Beset by demons and forced to confront Enoch’s children, Mouse’s story diverges into castle politics and betrayals, hints of her darker knowledge (and duties) occasionally shining through, even haunting her at times. On their own, the inner workings of Bohemia, and Carptener’s portrayal of them, are inciting and addictive, reminiscent of that oh-so-popular George R.R. Martin style (not so subtly mentioned by me earlier). However, the lack of blending between Mouse’s supernatural story and her court story, both of which are given big chunks of the book but not woven together into the seamless tapestry of a unique and unforgettable life, makes readers desperate to see Mouse answer her call of duty (or at least acknowledge it) and the sinuous threads that lead into her hidden past. Mouse, however, is so compelling regardless of her role, that we are soon discarding the world of Father Lucas to bathe in the intrigue and follow Mouse’s personal development as she finally is allowed to interact with, and become attached to, others. That doesn’t mean that we don’t have questions, and even get annoyed at parts of the book where things like a simple journey to find Father Lucas or the defense of a dangerous supernatural portal becomes a vague impossibility or utterly unimportant. But the verve and pull of character and the elegance of atmosphere enable us to forgive even the grand flaws. We don’t care. The story is that good. Mouse is just that compelling.
Mouse is evocative and empathetic because she can and will think and is open to fighting against all odds in pursuance of her own defined form of right. She’s vulnerable emotionally, but ultimately strong in her unceasing course and unfulfilled desire for acknowledgment from God and salvation. While there are moments where she falters, moments where she doubts, her consistency of character and strength-through-the-pain motif, plus the fact that we see her down and out, ugly and pretty, exultant and devastated, insists upon strong reader attachment. Combine with this all the wonderful elements of this strange book, and you have a winner . . .despite the chunk-of-story pacing.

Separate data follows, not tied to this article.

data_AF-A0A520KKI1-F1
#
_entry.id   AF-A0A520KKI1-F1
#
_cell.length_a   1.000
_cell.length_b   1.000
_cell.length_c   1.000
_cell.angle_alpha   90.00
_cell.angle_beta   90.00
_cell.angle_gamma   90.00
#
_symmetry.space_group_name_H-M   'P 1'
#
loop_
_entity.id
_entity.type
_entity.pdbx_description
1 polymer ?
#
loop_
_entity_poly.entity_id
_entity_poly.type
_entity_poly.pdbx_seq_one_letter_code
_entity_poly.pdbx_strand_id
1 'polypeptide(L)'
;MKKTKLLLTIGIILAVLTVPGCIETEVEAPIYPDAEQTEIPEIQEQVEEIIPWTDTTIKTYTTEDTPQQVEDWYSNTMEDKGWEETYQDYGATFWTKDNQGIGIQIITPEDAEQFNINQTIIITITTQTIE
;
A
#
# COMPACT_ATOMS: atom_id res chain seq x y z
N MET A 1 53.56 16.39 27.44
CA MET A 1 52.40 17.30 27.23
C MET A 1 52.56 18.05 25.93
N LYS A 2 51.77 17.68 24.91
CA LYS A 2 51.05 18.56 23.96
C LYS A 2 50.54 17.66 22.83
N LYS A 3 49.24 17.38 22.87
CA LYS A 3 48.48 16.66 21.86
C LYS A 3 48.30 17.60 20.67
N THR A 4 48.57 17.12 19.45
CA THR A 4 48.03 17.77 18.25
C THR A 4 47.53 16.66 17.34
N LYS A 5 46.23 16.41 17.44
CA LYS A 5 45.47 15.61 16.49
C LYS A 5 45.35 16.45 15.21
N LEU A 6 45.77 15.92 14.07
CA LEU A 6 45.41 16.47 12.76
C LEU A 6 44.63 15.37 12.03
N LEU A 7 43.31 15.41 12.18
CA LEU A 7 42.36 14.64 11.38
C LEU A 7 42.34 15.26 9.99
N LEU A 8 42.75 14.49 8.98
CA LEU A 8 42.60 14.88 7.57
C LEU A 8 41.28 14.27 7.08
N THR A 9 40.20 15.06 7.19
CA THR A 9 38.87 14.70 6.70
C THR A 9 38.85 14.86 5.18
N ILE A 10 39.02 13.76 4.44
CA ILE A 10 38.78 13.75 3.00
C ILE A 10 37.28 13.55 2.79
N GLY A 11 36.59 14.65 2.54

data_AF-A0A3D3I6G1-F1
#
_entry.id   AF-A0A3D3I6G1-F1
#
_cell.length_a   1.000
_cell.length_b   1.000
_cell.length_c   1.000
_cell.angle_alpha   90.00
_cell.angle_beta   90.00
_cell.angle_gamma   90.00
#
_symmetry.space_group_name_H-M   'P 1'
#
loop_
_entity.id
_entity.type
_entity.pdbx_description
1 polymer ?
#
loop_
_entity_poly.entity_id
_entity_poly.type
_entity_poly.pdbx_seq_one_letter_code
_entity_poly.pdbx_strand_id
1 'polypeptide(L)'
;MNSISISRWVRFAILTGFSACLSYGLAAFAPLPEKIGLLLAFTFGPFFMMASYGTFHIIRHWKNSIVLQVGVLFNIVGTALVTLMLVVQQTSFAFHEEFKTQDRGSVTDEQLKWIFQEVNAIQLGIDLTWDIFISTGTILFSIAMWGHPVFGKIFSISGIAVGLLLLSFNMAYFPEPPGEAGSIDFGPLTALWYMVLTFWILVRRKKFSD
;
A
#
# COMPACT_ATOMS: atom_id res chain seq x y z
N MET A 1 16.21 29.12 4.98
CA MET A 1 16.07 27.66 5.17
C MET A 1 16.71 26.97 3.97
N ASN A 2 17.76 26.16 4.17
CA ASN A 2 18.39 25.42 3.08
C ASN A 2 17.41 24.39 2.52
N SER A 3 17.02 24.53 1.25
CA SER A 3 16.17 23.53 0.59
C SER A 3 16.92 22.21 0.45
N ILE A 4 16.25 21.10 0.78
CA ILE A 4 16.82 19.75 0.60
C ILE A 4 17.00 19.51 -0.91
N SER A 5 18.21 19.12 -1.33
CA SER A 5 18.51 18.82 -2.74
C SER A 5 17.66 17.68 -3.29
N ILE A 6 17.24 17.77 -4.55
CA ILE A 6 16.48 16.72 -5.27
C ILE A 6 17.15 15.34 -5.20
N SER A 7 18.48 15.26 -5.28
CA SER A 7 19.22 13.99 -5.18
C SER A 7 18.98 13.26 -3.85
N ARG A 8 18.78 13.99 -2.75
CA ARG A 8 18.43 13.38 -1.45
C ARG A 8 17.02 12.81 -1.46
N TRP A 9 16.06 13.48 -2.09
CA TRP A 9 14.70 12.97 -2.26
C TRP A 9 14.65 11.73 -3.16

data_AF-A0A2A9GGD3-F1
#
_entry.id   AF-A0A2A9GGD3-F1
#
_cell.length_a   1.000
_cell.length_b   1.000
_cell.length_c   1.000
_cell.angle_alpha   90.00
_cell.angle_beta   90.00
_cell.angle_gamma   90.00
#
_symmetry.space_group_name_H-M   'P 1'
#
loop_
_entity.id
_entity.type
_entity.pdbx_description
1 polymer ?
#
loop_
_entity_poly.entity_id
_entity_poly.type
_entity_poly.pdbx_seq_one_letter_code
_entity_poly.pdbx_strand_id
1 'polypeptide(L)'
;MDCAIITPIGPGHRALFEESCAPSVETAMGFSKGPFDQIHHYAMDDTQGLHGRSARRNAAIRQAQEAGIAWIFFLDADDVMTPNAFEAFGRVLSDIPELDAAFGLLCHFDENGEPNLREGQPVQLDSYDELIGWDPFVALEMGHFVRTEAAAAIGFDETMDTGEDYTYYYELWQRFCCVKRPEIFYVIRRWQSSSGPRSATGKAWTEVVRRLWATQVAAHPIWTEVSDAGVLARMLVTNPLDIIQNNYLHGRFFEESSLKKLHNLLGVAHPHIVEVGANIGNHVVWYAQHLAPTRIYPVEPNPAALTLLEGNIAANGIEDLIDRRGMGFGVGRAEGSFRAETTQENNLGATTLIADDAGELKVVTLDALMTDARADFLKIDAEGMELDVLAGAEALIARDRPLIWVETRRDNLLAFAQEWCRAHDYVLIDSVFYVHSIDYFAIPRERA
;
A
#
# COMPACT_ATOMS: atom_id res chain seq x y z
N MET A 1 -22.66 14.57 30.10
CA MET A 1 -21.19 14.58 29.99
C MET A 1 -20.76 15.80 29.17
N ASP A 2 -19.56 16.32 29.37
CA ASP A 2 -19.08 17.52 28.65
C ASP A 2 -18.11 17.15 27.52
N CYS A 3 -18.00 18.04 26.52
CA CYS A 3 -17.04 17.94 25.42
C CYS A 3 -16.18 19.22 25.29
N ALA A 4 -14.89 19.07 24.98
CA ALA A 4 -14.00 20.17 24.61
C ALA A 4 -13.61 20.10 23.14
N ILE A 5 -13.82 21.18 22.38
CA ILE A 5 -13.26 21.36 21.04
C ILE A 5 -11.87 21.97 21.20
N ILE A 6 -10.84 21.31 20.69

But then, there is the sudden devastation of an accelerated conclusion, a disappointing mélange that skips across time and destroys our heroine’s known personality with two out-of-character losses of strength. We ultimately know that this is because of the ambitious nature of the novel itself, which is hard to pin down and we, as devoted readers spellbound by this enchanting world and the vividness of Mouse, sweep the ending under the carpet and pretend, with odd ease, that it never happened. Both the Ottakar court story and the where-did-Mouse come from tale were bigger than the conclusion could handle. Specifically, the sequence with Mouse and the Vulgate Bible, is a sudden dip into what amounts to extreme sacrilege in a tale that very carefully managed to balance two diverse worlds and make us somehow accept both. Luckily, this shameless grab for sensationalism was so brief that it can be quickly forgotten and expunged from our memory. Despite the pitfalls of crafting something so different, the strange, dark magic of Bohemian Gospel captivates to such a degree that we don’t care about its faults. We’re just happy to have been on the voyage, to have experienced such a visceral, emotionally complex world. Already, I’m haunting Amazon, clicking on Carpenter’s name, waiting for her next book and thinking how marvelous it would be if she wrote more about Mouse.
– Frances Carden